Time has a fundamentally different character in quantum mechanics and when in general relativity. In quantum theory, events develop in a fixed order while in general relativity temporal order is affected by the distribution of matter.
Now, a team of international scientists has discovered a new kind of quantum time order. Through this study, scientists sought to determine: what happens when an object massive enough to influence the flow of time is placed in a quantum state?
The disclosure emerged from a test, the group designed to bring together elements of the two significant physics theories developed in the past century.
UQ physicist Dr. Magdalena Zych said, “Einstein’s theory described how the presence of a massive object slowed time. Imagine two space ships, asked to fire at each other at a specified time while dodging the other’s attack.”
“If either fire too early, it will destroy the other. In Einstein’s theory, a powerful enemy could use the principles of general relativity by placing a massive object — like a planet — closer to one ship to slow the passing of time. Because of the time lag, the ship furthest away from the massive object will fire earlier, destroying the other.”
“The second theory, of quantum mechanics, says any object can be in a state of superposition. This means it can be found in different states — think Schrodinger’s cat.”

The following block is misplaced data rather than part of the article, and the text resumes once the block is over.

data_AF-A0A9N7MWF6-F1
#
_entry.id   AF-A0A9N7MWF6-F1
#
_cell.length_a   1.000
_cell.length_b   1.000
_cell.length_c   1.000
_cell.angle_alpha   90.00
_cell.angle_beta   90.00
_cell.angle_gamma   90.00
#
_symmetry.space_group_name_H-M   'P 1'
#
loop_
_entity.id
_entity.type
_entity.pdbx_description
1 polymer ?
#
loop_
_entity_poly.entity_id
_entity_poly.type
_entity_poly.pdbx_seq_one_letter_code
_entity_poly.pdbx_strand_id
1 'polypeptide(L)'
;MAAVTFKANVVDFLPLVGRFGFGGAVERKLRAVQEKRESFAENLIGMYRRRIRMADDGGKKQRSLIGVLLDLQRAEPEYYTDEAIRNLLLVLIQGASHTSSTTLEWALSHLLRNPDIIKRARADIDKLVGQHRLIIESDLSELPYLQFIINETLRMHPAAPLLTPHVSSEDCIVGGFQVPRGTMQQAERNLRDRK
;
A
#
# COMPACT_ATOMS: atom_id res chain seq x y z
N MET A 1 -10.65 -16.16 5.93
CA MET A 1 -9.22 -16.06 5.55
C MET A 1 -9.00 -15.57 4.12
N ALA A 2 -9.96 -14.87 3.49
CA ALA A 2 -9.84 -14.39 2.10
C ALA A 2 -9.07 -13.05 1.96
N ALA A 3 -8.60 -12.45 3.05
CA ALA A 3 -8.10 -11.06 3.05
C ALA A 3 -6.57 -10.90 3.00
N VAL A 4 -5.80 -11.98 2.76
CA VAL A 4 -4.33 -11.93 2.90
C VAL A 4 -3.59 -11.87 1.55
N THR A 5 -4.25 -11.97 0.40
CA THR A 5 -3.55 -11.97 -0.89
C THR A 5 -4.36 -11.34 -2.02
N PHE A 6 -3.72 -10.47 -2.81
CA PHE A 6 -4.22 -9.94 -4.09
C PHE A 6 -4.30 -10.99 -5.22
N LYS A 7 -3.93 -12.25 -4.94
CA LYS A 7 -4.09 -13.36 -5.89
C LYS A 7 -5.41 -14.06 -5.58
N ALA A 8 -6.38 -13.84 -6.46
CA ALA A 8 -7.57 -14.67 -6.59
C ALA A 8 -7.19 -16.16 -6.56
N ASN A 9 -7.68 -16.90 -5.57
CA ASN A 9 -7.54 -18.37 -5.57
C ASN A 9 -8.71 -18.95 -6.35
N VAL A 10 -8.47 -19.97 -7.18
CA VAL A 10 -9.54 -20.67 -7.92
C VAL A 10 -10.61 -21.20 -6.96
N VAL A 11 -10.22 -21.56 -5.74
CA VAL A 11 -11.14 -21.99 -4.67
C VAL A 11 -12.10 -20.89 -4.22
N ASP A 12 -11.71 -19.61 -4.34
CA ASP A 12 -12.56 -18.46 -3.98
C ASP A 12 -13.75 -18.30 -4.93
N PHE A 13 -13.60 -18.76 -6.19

“Using the theory of quantum mechanics, if the enemy put the planet into a state of ‘quantum superposition,’ then time also should be disrupted. There would be a new way for the order of events to unfold, with neither of the games being first or second — but in a specific quantum state of being both first and second.”
UQ researcher Dr. Fabio Costa said, “although a superposition of planets” as described in the paper — may never be possible, technology allowed a simulation of how time works in the quantum world — without using gravity. Even if the experiment can never be done, the study is relevant for future technologies.”
“We are currently working towards quantum computers that — very simply speaking — could effectively jump through time to perform their operations much more efficiently than devices operating in fixed sequence in time, as we know it in our ‘normal’ world.”
Stevens Institute of Technology and the University of Vienna scientists were co-authors on Bell’s Theorem for Temporal Order, published in Nature Communications.